Smear Test Poster - Little Boy on stair - Mum didn't have test - now I have no Mum.

(153 Posts)
Granitetopping Wed 20-Feb-13 23:34:37

AIBU to think that this poster is in poor taste and uses unnecessary emotional blackmail?

Morloth Thu 21-Feb-13 01:06:41

Women are often givers and put themselves last, especially Mums.

When I think about dying, I am not afraid for myself, I am afraid that my children would be left without me and that would break their hearts and effect them for the rest of their lives.

I seriously doubt I am alone in this. So while I might put off a smear test because it is unpleasant and to be honest I don't fear death from a personal point of view. I will go through it, because it increases the chances that they will have their mum for longer.

Anything that gets women to take a bit of care for themselves is a positive in my book, even if they are doing it for other people.

DoJo Thu 21-Feb-13 01:09:18

The only reason the quotas exist is to incentivise the cheaper option of prevention rather than cure, which is also the option most likely to have actually cure the cancer - it works for the NHS and the patients, so why not?

YABU and yet not at the same time.

I know I really struggle with ads like this. I remember almost bursting into tears in a petrol station after they played an advert about stopping smoking which had a child's voice saying, "don't smoke mummy, I don't want you to die", which I just had to hear on the day my mum told me she had inoperable terminal lung cancer.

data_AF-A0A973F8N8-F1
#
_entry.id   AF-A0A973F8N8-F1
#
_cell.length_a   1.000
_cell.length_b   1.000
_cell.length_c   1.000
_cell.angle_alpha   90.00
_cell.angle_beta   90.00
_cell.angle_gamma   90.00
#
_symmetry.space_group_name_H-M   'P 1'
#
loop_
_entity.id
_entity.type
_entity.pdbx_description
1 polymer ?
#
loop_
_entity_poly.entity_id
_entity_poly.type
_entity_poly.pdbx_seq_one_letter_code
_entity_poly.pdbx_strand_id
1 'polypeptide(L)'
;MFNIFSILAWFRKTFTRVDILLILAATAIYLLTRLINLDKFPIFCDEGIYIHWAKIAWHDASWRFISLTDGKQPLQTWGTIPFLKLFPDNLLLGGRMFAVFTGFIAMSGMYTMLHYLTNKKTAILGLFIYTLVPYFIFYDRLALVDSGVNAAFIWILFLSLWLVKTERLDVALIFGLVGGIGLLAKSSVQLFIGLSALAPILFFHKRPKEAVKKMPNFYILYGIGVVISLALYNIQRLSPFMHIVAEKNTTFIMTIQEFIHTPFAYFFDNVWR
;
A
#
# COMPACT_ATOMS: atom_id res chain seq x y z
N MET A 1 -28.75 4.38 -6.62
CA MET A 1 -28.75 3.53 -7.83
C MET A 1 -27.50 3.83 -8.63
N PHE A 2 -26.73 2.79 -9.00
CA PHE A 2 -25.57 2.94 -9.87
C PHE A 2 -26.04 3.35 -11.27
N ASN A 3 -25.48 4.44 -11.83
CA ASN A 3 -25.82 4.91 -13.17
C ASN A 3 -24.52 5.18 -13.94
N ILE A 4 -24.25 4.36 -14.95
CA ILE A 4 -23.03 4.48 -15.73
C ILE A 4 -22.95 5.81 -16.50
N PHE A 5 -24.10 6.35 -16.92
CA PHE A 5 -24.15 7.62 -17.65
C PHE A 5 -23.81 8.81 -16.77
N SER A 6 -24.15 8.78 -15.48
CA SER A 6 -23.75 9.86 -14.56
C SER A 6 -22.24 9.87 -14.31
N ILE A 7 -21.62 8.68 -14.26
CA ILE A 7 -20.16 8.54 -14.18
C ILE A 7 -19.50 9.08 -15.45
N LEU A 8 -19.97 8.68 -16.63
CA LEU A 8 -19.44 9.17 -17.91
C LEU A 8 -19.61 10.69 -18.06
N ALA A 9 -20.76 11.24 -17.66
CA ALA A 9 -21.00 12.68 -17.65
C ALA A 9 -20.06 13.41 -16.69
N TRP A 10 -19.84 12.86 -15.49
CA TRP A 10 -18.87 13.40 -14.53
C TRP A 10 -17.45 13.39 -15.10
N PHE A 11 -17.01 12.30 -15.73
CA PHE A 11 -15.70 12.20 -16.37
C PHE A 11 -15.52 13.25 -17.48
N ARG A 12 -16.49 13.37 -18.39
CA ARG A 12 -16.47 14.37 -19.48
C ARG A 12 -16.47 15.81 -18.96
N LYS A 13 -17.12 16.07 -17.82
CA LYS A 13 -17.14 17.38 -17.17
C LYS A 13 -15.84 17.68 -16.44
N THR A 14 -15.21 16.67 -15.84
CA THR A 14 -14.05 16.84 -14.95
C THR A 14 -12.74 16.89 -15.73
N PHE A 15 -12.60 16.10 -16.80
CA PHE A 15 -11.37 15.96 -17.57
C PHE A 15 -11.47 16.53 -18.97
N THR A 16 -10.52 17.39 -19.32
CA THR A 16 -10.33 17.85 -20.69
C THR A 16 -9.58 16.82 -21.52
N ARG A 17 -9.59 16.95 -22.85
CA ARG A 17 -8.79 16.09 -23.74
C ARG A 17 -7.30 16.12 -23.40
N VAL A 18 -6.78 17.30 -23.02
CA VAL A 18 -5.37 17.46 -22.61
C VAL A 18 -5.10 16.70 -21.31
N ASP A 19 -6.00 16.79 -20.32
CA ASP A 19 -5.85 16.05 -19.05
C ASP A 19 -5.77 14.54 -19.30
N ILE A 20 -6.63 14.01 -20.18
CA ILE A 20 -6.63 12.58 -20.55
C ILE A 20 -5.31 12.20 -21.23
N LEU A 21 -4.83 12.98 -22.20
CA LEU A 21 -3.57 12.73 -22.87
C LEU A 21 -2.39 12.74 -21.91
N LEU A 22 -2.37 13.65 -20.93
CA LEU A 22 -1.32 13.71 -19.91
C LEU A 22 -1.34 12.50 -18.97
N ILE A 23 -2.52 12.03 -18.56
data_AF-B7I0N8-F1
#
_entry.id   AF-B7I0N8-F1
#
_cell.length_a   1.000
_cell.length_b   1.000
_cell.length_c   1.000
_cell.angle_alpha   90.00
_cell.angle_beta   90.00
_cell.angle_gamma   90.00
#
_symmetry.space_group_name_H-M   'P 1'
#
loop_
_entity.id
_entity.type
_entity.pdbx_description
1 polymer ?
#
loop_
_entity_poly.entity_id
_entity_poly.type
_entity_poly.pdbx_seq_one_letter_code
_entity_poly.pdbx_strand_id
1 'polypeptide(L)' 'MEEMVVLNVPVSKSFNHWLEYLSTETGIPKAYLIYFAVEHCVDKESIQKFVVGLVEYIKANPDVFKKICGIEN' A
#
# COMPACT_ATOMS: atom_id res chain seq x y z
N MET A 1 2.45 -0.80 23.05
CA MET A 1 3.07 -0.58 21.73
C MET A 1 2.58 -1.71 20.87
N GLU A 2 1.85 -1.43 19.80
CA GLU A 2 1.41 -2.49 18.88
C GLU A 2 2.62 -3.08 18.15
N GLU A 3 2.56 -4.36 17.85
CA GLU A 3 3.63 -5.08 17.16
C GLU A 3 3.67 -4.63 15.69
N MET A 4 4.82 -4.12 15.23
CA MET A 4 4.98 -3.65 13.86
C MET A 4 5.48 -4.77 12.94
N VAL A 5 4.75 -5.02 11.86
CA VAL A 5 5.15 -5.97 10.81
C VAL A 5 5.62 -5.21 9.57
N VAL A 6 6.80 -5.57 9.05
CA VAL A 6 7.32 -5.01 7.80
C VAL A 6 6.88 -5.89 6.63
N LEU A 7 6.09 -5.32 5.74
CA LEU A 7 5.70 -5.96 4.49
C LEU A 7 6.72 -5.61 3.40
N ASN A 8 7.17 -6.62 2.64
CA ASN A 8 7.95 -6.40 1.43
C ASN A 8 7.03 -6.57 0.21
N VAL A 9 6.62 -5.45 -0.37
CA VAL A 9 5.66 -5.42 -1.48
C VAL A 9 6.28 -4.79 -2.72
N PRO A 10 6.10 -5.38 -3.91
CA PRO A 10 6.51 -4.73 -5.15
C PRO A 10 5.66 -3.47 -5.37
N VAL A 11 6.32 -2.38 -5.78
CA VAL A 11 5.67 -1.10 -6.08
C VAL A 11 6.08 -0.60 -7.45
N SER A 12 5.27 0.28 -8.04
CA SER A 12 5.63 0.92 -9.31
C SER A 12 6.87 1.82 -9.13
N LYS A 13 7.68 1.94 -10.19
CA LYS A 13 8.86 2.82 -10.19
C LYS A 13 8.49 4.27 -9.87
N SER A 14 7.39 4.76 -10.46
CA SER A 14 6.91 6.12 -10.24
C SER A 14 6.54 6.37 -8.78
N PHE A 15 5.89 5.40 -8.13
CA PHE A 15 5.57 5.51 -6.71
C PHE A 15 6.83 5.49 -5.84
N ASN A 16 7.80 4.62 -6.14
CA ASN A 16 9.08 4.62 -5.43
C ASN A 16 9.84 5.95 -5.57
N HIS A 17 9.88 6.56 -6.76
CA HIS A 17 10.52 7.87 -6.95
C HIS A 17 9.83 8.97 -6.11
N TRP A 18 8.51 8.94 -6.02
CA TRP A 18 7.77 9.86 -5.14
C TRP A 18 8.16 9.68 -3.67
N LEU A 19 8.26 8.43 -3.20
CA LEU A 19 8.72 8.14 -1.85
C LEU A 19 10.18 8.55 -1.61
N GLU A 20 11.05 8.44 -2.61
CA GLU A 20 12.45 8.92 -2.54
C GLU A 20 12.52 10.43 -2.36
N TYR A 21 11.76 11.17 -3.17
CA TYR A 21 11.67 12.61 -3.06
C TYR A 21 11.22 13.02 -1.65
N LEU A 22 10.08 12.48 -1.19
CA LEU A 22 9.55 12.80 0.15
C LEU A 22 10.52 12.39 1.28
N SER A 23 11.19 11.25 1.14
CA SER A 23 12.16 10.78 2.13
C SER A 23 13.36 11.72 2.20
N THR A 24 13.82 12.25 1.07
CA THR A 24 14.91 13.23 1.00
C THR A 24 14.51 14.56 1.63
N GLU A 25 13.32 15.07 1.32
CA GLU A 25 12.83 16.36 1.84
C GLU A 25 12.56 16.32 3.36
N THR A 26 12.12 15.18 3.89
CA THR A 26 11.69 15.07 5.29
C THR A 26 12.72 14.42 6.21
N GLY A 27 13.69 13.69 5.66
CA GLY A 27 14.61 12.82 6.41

So yeah... I get why they do ads like that, but it can be really harmful if you are vulnerable.

RaspberryRuffle Thu 21-Feb-13 01:20:23

YABU - the point of the ad is to encourage women to go for their smear test and presumably is more effective than "Please do come along for your smear ladies if you can fit it in". So many women postpone them when 5 or 10 minutes could literally be a life-saving choice.
Similar tactics are used in road safety accidents or anti-smoking campaigns. Considering the outcomes portrayed are actually possible then I don't think they're in poor tasse at all.

IneedAgoldenNickname Thu 21-Feb-13 01:39:58

Sometimes adverts like that are needed, I have a couple of friends who put off their smear tests as 'they are uncomfortable' maybe this ad will make them think twice!

And this thread has reminded me that mine is due, so thanks smile

My friend who had cervical cancer last year posted that on facebook a couple of weeks ago. If it's okay for her, then it's okay for me. If a guilt trip saves a womans life then so be it.

All said and done, it's true. If you don't have a smear but have cancer, you will be diagnosed too late and could die, leaving behind your loved ones. Noboday wants that.

When I think about dying, I am not afraid for myself, I am afraid that my children would be left without me and that would break their hearts and effect them for the rest of their lives.

Hell yes. I realised I was a mother when, DURING A SMEAR my nurse found an issue. I was having a near panic attack thinking that my darling girl could grow up without a mother. Then I realised, hold on, I could die. Weird how things change when the small people turn up.

Have a smear everyone.

lottiegarbanzo Thu 21-Feb-13 04:02:20

The point is it's very treatable if caught early. So if you keep up with the smears, chances of developing untreatable cancer are very low. If left, it can become untreatable.